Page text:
I see myself as a scent artist and I communicate through my scents.

The perfume business is more and more competitive. What gave you the courage to jump into this business in the beginning? Which assets and strengths did you rely on? How do you feel about competition?
I started 10 years ago when the need for a new type of expression and a different quality of content was missing and necessary after the consumer era of the 80’s and 90’s and the crisis that appeared afterwards. It was a time when a few people felt the urge to redefine the meaning of quality and creativity in the perfumery sector.
Now this market is finished and most of the so-called niche or artistic perfumes are very mediocre, especially if you’ll remove the external part and consider only the scent itself, they smell like mass-market products. It’s difficult to create something great from A to Z, to have a unique scent and an outstanding packaging. I believe that there will be some companies of the niche world that will stay, many others will be gone very soon. In general, I work for myself and create my own market, so I actually have no interest in what others are doing.

What does it take to have attain success as an independent perfume brand?
A unique approach, a different angle, and especially high quality product in terms of components and ingredient combinations.

From the outside, we would certainly say that you have already achieved success with Nasomatto and Orto Parisi. How do you feel about that? What’s your own definition of success?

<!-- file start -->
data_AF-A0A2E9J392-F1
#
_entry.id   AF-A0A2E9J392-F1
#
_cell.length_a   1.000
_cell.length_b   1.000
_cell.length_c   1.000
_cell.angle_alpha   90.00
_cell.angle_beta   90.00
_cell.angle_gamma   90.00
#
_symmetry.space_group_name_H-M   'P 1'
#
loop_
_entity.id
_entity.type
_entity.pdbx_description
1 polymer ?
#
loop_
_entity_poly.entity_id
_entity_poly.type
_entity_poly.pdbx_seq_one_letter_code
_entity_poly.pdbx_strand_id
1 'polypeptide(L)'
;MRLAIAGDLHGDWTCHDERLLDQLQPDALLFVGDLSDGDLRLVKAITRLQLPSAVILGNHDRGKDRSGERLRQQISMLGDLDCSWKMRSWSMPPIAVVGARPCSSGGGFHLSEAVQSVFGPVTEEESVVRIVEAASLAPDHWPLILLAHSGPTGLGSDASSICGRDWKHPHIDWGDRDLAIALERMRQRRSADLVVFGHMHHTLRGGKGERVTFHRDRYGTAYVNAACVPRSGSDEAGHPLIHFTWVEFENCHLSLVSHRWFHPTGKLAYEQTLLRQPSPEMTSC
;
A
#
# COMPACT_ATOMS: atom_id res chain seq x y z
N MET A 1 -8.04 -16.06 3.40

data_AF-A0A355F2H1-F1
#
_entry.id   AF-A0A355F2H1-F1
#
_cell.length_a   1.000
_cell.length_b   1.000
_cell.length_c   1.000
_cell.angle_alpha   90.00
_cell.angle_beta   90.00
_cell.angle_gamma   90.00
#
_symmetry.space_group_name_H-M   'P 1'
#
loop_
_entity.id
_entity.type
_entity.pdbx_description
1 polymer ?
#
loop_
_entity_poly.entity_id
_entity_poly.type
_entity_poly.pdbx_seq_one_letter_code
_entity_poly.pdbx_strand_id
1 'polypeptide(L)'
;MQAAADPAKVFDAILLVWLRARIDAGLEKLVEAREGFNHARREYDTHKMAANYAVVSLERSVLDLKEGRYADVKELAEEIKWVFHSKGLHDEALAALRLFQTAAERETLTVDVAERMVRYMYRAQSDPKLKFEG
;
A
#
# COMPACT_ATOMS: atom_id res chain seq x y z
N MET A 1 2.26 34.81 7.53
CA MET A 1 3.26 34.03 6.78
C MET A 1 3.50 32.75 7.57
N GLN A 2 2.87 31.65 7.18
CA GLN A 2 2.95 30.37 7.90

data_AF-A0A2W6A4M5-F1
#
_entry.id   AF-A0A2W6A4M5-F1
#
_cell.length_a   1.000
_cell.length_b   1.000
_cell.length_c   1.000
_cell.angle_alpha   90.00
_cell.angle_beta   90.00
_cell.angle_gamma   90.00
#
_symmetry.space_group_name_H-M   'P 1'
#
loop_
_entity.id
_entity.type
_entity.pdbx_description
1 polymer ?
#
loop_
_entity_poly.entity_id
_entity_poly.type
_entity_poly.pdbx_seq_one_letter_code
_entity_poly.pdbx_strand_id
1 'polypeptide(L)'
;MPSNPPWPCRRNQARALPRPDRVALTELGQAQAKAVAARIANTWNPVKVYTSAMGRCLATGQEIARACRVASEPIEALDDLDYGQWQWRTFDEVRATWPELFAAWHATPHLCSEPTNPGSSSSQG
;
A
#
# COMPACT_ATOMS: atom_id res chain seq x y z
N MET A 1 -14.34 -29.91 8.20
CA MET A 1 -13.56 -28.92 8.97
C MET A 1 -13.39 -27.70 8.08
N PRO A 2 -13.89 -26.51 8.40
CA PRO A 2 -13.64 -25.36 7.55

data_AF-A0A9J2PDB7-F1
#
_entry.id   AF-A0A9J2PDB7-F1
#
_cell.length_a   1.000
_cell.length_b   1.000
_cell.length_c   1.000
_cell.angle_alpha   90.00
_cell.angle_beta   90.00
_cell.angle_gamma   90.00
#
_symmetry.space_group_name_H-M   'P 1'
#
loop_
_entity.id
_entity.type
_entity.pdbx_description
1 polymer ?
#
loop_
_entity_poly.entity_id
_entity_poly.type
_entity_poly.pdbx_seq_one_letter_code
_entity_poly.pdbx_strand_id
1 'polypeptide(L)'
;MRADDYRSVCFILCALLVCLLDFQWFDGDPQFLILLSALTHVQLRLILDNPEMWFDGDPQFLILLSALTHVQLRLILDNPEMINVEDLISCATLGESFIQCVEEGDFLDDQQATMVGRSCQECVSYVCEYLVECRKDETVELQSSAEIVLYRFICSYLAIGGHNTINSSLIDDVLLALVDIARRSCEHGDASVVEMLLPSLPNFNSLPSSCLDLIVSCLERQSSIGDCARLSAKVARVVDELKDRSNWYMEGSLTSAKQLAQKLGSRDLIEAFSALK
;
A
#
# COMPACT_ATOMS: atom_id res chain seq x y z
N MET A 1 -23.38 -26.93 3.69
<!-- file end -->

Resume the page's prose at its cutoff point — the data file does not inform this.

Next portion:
I am always creating for myself, and if people appreciate and can associate with my creations, I’m more than happy. Success is about having an audience who like or use the things that you create… for different kind of reasons.

Which was the importance of your branding decisions on the growth of your business?
I don’t like such words like “branding” and “marketing”. My decisions are based on my gut feeling. I start creating a smell and everything else builds upon it afterwards. I’m very attracted by all different kinds of materials, their quality and their cultural background, heritage…

How would you describe the essence of Nasomatto and Orto Parisi brands in just one word – okay, maximum 3 words?
ORTO PARISI: Attraction and Repulsion.

Is your creativity something that you could apply to other fields in the future or does it manifest itself only in perfumes?
Yes, I’ve been working now on “breaking out” from the bottle and the materialization of my scents by creating different installations and performances.

What does it take to be a maker, in your opinion?
Intuition and perseveration. You either have it or you don’t.

A dystopian question: I’ve heard about many people who lost, by accident, their sense of smell. How do you feel about the perspective of an anosmic life or world?
In a computer-driven society, the sense of smell will be compensated by technical devices for part of the population.

And now, a couple of “black or white” questions:

Disturb or please?


Control or hazard?


Vegetal or animal?


Now or tomorrow?


Car or bike?


People or solitude?


Fish or lamb?


External links:
Nasomatto website
Orto Parisi website

Interview realized in English by Faurar. Images courtesy of Nasomatto and Orto Parisi.

© Faurar